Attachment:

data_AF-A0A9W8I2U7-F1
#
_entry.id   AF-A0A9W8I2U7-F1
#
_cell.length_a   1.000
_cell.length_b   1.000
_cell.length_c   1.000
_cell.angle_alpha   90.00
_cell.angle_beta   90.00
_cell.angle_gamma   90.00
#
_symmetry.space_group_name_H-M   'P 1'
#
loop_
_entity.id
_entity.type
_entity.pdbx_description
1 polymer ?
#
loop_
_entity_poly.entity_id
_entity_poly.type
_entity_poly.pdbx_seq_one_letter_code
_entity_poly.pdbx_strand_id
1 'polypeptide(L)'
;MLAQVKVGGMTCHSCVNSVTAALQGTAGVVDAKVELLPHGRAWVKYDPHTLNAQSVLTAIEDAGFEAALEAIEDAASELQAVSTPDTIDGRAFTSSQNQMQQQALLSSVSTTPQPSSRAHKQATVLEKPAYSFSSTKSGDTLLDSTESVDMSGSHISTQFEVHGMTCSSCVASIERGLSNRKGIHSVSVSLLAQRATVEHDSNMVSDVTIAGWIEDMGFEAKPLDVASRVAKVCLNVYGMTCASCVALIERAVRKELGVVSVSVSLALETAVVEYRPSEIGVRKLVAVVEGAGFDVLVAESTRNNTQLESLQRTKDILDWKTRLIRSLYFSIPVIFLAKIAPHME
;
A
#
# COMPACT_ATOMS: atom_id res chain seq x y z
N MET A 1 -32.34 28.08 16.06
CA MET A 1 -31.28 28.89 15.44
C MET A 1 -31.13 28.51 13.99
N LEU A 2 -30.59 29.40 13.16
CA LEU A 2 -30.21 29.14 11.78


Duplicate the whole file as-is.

data_AF-A0A9W8I2U7-F1
#
_entry.id   AF-A0A9W8I2U7-F1
#
_cell.length_a   1.000
_cell.length_b   1.000
_cell.length_c   1.000
_cell.angle_alpha   90.00
_cell.angle_beta   90.00
_cell.angle_gamma   90.00
#
_symmetry.space_group_name_H-M   'P 1'
#
loop_
_entity.id
_entity.type
_entity.pdbx_description
1 polymer ?
#
loop_
_entity_poly.entity_id
_entity_poly.type
_entity_poly.pdbx_seq_one_letter_code
_entity_poly.pdbx_strand_id
1 'polypeptide(L)'
;MLAQVKVGGMTCHSCVNSVTAALQGTAGVVDAKVELLPHGRAWVKYDPHTLNAQSVLTAIEDAGFEAALEAIEDAASELQAVSTPDTIDGRAFTSSQNQMQQQALLSSVSTTPQPSSRAHKQATVLEKPAYSFSSTKSGDTLLDSTESVDMSGSHISTQFEVHGMTCSSCVASIERGLSNRKGIHSVSVSLLAQRATVEHDSNMVSDVTIAGWIEDMGFEAKPLDVASRVAKVCLNVYGMTCASCVALIERAVRKELGVVSVSVSLALETAVVEYRPSEIGVRKLVAVVEGAGFDVLVAESTRNNTQLESLQRTKDILDWKTRLIRSLYFSIPVIFLAKIAPHME
;
A
#
# COMPACT_ATOMS: atom_id res chain seq x y z
N MET A 1 -32.34 28.08 16.06
CA MET A 1 -31.28 28.89 15.44
C MET A 1 -31.13 28.51 13.99
N LEU A 2 -30.59 29.40 13.16
CA LEU A 2 -30.21 29.14 11.78